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Joke party

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Joke party

A frivolous party or a joke party is a political party which has been created for the purposes of entertainment or political satire. Such a party may or may not have a serious point behind its activities. Examples of joke parties include the Official Monster Raving Loony Party in the United Kingdom, the McGillicuddy Serious Party and Bill and Ben Party in New Zealand, the Rhinoceros Party and its successor, and the Lemon Party, all in Canada, the Donald Duck Party in Sweden, the Die PARTEI party in Germany, the Beer Lovers Party in several eastern European countries, the Independent Royalist Party of Estonia, the NEE Party in Belgium,[1] the Surprise Party of the United States and Besti flokkurinn in Iceland.

Policies and objectives

Often joke parties promote unusual, even absurd policies. For example, the Monster Raving Loony Party proposes that the white cliffs of Dover should be painted blue for camouflage purposes, and that the number 13 should be abolished due to "its longstanding unpopularity". The McGillicuddy Serious Party sometimes invited readers of its manifesto to write in their own policy ideas, on the basis that the party, being politicians, wouldn't carry them out anyway.

The objectives of joke parties, however, can be somewhat more complex than their policies would indicate. Many parties, such as the Monster Raving Loonies, the McGillicuddies and Bill and Ben, were formed primarily for entertainment purposes, with people participating simply because they find it fun.

Other parties, however, have more serious goals, perhaps aiming to counteract a "depressing" or "angry" mood in politics. The Swedish Ezenhemmer Plastic Bags and Child Rearing Utensils Party describes itself in this light, saying that if people were "a little bit more cheerful and playful instead of engaging ourselves in disputes with our opponents", the world would be a better place.[2]

Still other parties may use humour (particularly satire) to criticise and attack the political establishment — during the later days of the McGillicuddy Serious Party, for example, a number of anarchists joined the party, using it to criticise the political system.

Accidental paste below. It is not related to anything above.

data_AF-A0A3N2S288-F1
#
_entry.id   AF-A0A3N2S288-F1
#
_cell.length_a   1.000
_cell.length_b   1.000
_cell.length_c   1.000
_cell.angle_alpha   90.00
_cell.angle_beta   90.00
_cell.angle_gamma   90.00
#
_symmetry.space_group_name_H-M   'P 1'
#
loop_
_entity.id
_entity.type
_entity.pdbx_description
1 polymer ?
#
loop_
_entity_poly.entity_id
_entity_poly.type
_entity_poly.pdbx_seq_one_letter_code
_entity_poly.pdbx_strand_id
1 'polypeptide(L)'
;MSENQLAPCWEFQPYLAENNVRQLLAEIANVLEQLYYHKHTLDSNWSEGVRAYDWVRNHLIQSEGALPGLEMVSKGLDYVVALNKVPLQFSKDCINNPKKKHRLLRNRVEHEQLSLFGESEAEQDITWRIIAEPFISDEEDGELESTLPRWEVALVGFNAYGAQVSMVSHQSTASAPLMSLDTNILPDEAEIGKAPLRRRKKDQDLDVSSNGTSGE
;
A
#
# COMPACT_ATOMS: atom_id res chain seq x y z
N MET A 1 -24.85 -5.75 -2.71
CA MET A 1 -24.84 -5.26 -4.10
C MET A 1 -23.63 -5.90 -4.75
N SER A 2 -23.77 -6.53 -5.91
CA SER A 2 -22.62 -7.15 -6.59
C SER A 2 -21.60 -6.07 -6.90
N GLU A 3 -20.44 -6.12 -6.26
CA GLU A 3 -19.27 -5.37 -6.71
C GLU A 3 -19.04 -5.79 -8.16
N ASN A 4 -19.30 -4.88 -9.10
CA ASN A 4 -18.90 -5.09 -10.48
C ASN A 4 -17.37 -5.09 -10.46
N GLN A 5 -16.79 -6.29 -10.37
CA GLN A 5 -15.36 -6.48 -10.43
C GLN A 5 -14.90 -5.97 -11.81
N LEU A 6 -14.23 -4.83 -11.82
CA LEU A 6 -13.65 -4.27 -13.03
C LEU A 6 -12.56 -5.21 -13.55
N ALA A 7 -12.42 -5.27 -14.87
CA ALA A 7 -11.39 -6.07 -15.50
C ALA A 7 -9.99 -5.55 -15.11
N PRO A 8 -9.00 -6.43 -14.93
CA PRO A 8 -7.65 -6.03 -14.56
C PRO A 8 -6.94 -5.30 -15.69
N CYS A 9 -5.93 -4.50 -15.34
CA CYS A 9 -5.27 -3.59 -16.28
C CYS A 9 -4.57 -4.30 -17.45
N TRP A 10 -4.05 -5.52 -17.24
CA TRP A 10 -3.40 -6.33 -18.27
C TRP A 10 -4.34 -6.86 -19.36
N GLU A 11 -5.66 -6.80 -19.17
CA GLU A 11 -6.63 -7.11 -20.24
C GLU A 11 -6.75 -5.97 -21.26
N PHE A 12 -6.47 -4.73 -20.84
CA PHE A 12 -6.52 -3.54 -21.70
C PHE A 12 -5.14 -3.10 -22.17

Varying opinions as to the purpose of a joke party can sometimes lead to internal conflicts, as it did in the McGillicuddy Serious Party. The Monster Raving Loony Party has split on at least two occasions due to internal disputes.

Support

The most obvious reason for a person to support a joke party is simply that they enjoy the humour. There are, however, other arguments advanced in favour of joke parties. Some supporters, for example, say that joke parties perform an important public service, ensuring that people do not take politicians too seriously. Joke parties also receive votes from people who are disillusioned by the political process, or who feel that none of the "serious" parties are worth voting for. This is sometimes directly encouraged — in New Zealand, McGillicuddy Serious sometimes advertised itself as an entertaining way to waste one's vote. Some voters feel that voting for a joke party is a useful form of protest vote. Tomma Talande Stolar (Empty Vocal Seats) in Sweden was formed to the stated objective of getting a seat in the parliament and leaving it empty.

For the most part, joke parties do not win seats, although there have been a number of notable exceptions. The defunct Polish Beer-Lovers' Party was probably the most successful joke party, having won sixteen seats in the Sejm (3.5% of the total) in the 1991 elections. In Iceland, joke party Besti flokkurinn (The Best Party) founded by comedian Jón Gnarr won local council elections in the Icelandic capital of Reykjavík, winning 34.7% of the votes, compared to the Independence Party's 33.6%, and won six seats on the council.[3]

Other parties, such as the Monster Raving Loony Party, have won seats on local councils.[4][5][6] Even if a joke party does not win, however, it may still poll better than other unsuccessful "serious" parties. In the UK, the 1990 by-election in Bootle derailed David Owen's new Social Democratic Party after their candidate received less votes than the Monster Raving Loony Party.

Controversy

Joke parties sometimes attract considerable criticism from other parties. Opponents say that frivolous parties make a mockery of an important public process, and undermine the prestige of the democratic system. Proponents point out (implicitly by their very existence) that the electoral system is already a joke, and that any damage to the "democratic system" has already been inflicted by the so-called "serious" elements within other parties. Others argue that satire is a high form of political discussion. In countries where political parties receive electoral funding from the state, joke parties are also accused[by whom?] of wasting tax-payers' money. Conversely, proponents of joke parties believe they waste no more money than any other party which receives funding.

See also

References

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